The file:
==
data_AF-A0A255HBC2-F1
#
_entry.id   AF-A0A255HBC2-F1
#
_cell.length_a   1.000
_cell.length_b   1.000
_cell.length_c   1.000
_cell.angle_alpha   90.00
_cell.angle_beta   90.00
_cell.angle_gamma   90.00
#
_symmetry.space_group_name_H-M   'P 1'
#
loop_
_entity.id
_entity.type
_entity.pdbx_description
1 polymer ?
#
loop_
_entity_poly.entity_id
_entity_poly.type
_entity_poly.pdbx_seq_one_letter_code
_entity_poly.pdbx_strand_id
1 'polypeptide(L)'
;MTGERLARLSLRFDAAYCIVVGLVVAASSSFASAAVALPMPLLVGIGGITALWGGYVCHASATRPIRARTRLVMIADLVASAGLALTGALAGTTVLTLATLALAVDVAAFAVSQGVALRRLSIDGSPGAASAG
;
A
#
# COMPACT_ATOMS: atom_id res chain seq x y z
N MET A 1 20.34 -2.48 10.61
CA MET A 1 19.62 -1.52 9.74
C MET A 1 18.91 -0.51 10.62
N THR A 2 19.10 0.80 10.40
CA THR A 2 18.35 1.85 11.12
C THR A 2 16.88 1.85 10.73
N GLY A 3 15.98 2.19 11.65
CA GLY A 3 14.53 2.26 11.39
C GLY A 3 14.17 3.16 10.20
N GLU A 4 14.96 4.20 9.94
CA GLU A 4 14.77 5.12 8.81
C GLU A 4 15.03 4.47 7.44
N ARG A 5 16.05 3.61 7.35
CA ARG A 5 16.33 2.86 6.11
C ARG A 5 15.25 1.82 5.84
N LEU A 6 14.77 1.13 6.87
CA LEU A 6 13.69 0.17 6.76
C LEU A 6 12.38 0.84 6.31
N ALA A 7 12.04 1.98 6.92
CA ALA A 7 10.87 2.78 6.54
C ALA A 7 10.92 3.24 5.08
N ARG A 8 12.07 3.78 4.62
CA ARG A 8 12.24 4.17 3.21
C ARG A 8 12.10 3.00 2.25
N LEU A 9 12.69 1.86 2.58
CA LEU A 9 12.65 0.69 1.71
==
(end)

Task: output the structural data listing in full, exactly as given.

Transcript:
data_AF-A0A255HBC2-F1
#
_entry.id   AF-A0A255HBC2-F1
#
_cell.length_a   1.000
_cell.length_b   1.000
_cell.length_c   1.000
_cell.angle_alpha   90.00
_cell.angle_beta   90.00
_cell.angle_gamma   90.00
#
_symmetry.space_group_name_H-M   'P 1'
#
loop_
_entity.id
_entity.type
_entity.pdbx_description
1 polymer ?
#
loop_
_entity_poly.entity_id
_entity_poly.type
_entity_poly.pdbx_seq_one_letter_code
_entity_poly.pdbx_strand_id
1 'polypeptide(L)'
;MTGERLARLSLRFDAAYCIVVGLVVAASSSFASAAVALPMPLLVGIGGITALWGGYVCHASATRPIRARTRLVMIADLVASAGLALTGALAGTTVLTLATLALAVDVAAFAVSQGVALRRLSIDGSPGAASAG
;
A
#
# COMPACT_ATOMS: atom_id res chain seq x y z
N MET A 1 20.34 -2.48 10.61
CA MET A 1 19.62 -1.52 9.74
C MET A 1 18.91 -0.51 10.62
N THR A 2 19.10 0.80 10.40
CA THR A 2 18.35 1.85 11.12
C THR A 2 16.88 1.85 10.73
N GLY A 3 15.98 2.19 11.65
CA GLY A 3 14.53 2.26 11.39
C GLY A 3 14.17 3.16 10.20
N GLU A 4 14.96 4.20 9.94
CA GLU A 4 14.77 5.12 8.81
C GLU A 4 15.03 4.47 7.44
N ARG A 5 16.05 3.61 7.35
CA ARG A 5 16.33 2.86 6.11
C ARG A 5 15.25 1.82 5.84
N LEU A 6 14.77 1.13 6.87
CA LEU A 6 13.69 0.17 6.76
C LEU A 6 12.38 0.84 6.31
N ALA A 7 12.04 1.98 6.92
CA ALA A 7 10.87 2.78 6.54
C ALA A 7 10.92 3.24 5.08
N ARG A 8 12.07 3.78 4.62
CA ARG A 8 12.24 4.17 3.21
C ARG A 8 12.10 3.00 2.25
N LEU A 9 12.69 1.86 2.58
CA LEU A 9 12.65 0.69 1.71